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          1. Green Goose

            At my office I use small hand weights every 90 minutes for about 1-3 minutes while sitting in my chair. People comment (positively) about that practice but I would not feel comfortable laying on the floor in my cube pod, or if one of my pod-mates was laying on the floor I’d think it was odd too. But I don’t think I’d say anything, but mentally note it as a bit too much.

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        2. The Cosmic Avenger

          I understand that many office cultures will find any kind of unusual physical action to be too awkward or informal for an office environment, but unless the company is worried about presenting themselves as professional to very conservative, stuffy clients, I think we need to destigmatize healthy habits, and stretching at/by your desk during the day is unequivocally a great healthy habit to add to your day. For those of us who rarely see clients at the office or only in conference rooms, it shouldn’t be an issue.

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          1. The Cosmic Avenger

            And I know the OP has to work for the company she has, not the one she wishes it was, but I do think that it’s worth noting that this is a value judgment, and we should evaluate why we judge it inappropriate to fit some healthy activity into the day because some people find it awkward or unseemly. There are many things I find awkward, but I deal with them unless I can also make a business case that they negatively affect the company in a way that isn’t just dependent on my reaction, because my reaction is totally on me.

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            1. Anna

              Thank you. I was a bit baffled by Alison’s response and the responses here. Especially the “inappropriate” comments.

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              1. Artemesia

                You have probably never worked with someone who loves to wear stretchy garments and thrust her body into people’s attention as often as possible. Believe me they exist. It doesn’t appear to be about fitness so much .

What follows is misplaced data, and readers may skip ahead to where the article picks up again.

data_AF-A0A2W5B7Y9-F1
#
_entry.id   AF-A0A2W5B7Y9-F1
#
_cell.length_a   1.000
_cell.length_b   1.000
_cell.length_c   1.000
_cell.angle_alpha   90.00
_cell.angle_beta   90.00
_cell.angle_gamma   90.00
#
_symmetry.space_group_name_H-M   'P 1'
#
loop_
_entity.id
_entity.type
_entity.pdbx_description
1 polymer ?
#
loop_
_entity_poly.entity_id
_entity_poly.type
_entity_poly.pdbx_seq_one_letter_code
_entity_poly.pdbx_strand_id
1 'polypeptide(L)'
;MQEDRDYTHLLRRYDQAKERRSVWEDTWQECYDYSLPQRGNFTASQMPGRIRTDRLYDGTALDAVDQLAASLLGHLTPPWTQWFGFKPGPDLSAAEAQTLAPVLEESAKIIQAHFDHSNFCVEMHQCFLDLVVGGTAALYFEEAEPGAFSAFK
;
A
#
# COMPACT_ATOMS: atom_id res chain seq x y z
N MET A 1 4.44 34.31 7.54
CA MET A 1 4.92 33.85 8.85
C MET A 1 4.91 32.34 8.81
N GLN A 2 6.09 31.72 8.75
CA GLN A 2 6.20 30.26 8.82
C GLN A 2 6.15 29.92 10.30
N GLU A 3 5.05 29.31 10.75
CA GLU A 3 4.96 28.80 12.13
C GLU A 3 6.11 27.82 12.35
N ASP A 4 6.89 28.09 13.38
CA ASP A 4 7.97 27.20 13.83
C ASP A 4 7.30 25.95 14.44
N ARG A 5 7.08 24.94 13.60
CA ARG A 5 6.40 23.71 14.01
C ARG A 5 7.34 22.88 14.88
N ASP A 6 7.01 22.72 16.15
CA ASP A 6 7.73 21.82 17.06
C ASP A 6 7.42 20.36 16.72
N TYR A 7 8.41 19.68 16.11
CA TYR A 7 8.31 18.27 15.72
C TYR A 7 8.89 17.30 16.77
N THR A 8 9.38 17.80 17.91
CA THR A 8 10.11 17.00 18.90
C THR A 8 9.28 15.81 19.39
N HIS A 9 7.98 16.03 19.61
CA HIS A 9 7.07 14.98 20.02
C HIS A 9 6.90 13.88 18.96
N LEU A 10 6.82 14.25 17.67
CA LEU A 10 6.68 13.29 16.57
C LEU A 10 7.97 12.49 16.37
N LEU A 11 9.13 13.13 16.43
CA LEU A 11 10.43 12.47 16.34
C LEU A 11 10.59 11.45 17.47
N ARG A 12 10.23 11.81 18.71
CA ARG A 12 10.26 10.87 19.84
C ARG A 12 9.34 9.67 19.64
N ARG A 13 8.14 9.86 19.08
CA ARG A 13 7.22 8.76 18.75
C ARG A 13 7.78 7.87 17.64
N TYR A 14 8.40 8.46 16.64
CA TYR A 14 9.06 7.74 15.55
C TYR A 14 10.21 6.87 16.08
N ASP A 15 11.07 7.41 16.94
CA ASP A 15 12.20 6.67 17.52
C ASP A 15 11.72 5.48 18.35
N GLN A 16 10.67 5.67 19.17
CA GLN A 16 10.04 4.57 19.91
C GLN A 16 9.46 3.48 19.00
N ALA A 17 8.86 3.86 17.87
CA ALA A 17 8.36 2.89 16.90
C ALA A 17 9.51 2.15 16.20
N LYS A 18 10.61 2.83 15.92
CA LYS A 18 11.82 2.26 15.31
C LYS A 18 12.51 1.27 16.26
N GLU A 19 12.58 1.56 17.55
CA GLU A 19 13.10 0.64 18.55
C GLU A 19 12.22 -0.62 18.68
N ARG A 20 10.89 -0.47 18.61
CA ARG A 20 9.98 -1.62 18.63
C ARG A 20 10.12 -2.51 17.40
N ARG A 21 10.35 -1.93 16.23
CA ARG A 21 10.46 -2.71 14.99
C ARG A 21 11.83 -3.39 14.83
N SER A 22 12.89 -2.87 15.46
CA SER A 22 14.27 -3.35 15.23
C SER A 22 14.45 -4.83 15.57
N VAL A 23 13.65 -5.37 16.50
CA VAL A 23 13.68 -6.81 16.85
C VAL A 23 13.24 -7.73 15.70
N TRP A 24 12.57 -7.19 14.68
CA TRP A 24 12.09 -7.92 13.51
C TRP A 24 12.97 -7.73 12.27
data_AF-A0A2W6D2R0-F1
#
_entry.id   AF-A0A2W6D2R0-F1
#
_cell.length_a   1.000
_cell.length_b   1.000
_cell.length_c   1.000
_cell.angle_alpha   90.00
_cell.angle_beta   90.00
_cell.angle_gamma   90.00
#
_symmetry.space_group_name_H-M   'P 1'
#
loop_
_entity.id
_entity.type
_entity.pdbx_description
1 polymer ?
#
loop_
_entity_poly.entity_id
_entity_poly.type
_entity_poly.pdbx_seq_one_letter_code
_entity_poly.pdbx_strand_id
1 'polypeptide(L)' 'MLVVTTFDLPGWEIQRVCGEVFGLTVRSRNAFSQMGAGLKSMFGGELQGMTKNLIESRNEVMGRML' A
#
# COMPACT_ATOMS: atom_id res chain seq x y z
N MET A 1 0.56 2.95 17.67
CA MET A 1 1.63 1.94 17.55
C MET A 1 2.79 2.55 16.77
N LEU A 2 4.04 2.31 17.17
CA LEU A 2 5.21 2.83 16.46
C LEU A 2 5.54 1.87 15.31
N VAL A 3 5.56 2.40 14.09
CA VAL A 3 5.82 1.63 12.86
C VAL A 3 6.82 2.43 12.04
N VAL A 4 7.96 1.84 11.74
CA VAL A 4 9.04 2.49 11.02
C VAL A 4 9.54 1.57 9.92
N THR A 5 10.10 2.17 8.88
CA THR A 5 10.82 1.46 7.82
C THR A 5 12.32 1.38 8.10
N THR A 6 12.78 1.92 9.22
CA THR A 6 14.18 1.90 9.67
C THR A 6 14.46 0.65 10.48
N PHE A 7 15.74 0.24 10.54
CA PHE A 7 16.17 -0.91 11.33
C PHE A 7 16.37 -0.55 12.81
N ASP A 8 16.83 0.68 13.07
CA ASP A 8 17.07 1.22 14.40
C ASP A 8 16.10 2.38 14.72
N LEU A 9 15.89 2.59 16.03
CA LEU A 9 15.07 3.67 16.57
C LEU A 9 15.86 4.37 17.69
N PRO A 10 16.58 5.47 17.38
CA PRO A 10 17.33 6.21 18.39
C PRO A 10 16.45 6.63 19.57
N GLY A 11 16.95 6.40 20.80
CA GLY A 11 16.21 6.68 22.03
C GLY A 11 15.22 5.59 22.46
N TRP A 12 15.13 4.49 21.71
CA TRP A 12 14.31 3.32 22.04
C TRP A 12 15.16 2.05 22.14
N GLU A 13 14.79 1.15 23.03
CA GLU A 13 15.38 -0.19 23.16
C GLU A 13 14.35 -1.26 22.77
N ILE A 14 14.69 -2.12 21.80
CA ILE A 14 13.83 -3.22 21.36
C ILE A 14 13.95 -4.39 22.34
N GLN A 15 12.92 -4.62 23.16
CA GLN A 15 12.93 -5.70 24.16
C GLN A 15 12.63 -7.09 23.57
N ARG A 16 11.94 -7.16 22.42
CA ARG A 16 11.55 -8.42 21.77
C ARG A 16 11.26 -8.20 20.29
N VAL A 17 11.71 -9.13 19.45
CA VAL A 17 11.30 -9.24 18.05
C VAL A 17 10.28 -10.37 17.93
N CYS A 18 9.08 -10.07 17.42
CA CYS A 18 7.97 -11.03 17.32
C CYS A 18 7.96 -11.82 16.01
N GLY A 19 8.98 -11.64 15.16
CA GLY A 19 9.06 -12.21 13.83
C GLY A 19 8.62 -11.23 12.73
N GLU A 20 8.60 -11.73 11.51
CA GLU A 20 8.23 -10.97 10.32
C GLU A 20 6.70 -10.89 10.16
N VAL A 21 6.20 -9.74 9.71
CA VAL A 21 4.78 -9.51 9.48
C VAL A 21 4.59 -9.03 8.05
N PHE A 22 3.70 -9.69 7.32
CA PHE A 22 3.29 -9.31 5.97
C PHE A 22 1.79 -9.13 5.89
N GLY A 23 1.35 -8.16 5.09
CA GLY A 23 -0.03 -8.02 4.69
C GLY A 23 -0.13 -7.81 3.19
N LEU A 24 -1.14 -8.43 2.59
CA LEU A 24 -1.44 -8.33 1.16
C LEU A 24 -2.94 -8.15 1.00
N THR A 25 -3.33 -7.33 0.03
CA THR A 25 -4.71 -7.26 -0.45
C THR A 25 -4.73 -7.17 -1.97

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                1. Anna

                  I’m going to say…that’s sexist. You have no way to know why someone is stretching and the clothes they wear may make it not a great idea (nobody wants to see a boob or have a boob accidentally pop out at work), but literally have no bearing on why a person might be stretching.

            2. pope suburban

              Totally agreed. I started my working life in a very, very health-conscious, active place, and none of this seems “off” to me at all. Yoga stretches and similar things were pretty normal, even at Giant Corporate Law Firm. Which I really appreciate, because having to sit at a desk all day is not good for the body, and being in a culture that recognizes that is good for the body and spirit.

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            3. Jadelyn

              Funny, that was the first thing that occurred to me. The company should be encouraging stretching and healthy behavior! My office had a “fit breaks” program we did for awhile, where everyone not currently on the phone or otherwise occupied (you could always say no and nobody would ask why, we just assumed you had a call or something urgent happening) would gather in the open area near the cubicles and do some simple standing stretches together, as a way to help remind everyone to get up and move around periodically during the day.

              I mean, we know sitting at a desk all day is not good for the human body. Much is made of ergonomics and taking regular breaks and whatnot, so getting up to stretch should be a positive, not seen as a weird thing.